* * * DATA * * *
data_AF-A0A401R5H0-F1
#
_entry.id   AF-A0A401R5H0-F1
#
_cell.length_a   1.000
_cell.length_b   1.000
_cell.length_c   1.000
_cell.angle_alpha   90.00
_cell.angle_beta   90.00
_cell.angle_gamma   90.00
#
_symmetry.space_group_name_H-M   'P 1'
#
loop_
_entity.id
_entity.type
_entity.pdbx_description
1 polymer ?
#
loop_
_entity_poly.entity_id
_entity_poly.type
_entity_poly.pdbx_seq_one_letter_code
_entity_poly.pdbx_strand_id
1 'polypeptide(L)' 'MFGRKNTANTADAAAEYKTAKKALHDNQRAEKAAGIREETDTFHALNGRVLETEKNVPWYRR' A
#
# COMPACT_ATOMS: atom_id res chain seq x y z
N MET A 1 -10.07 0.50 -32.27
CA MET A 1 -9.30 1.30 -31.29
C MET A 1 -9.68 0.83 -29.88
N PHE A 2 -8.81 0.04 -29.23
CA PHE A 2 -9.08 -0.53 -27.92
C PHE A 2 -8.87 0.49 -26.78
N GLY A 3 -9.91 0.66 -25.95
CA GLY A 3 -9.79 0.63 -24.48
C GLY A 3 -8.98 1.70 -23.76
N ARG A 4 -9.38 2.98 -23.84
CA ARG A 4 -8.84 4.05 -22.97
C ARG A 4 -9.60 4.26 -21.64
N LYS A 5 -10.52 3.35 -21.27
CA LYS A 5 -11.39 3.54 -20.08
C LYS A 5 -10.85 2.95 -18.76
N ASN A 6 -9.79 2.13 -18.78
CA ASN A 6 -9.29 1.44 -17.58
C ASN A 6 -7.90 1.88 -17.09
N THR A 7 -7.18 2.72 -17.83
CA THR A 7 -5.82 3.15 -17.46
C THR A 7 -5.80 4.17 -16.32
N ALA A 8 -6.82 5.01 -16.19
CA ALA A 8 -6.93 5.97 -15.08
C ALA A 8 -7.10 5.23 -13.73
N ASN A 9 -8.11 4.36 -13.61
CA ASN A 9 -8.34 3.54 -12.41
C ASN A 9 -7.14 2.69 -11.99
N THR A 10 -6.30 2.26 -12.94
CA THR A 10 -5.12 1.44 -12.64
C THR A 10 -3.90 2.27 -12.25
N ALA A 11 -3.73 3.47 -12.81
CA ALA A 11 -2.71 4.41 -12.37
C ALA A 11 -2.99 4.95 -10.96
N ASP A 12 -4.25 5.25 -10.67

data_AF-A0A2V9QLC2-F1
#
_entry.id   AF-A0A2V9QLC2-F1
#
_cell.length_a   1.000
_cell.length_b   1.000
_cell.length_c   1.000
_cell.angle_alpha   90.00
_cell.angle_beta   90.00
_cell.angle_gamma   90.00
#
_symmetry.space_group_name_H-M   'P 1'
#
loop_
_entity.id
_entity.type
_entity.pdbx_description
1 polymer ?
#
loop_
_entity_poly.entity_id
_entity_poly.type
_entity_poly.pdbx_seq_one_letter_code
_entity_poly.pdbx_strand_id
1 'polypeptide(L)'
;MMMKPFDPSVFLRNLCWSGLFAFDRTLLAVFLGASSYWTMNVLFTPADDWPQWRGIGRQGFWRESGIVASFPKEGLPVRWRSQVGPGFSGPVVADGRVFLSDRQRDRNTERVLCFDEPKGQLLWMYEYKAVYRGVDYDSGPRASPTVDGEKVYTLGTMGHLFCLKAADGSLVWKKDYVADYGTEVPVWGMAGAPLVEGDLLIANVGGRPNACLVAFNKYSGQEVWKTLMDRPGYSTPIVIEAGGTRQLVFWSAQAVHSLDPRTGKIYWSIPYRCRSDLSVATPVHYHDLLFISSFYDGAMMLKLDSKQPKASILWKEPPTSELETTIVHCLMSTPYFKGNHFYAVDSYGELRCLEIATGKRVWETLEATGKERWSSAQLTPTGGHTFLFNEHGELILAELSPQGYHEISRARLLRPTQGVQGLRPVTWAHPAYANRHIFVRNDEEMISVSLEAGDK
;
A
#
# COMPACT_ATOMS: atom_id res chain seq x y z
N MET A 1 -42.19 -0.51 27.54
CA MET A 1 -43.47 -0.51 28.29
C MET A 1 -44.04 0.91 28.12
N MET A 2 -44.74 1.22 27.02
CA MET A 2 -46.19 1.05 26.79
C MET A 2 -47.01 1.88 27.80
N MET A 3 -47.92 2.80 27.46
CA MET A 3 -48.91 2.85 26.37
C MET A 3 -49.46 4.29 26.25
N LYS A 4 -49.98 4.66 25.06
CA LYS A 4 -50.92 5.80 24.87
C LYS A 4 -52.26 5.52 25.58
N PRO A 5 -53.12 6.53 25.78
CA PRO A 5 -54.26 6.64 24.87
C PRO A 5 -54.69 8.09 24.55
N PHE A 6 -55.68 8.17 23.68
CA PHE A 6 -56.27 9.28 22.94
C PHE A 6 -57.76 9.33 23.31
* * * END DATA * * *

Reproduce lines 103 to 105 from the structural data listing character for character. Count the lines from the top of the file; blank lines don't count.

C LYS A 4 -52.26 5.52 25.58
N PRO A 5 -53.12 6.53 25.78
CA PRO A 5 -54.26 6.64 24.87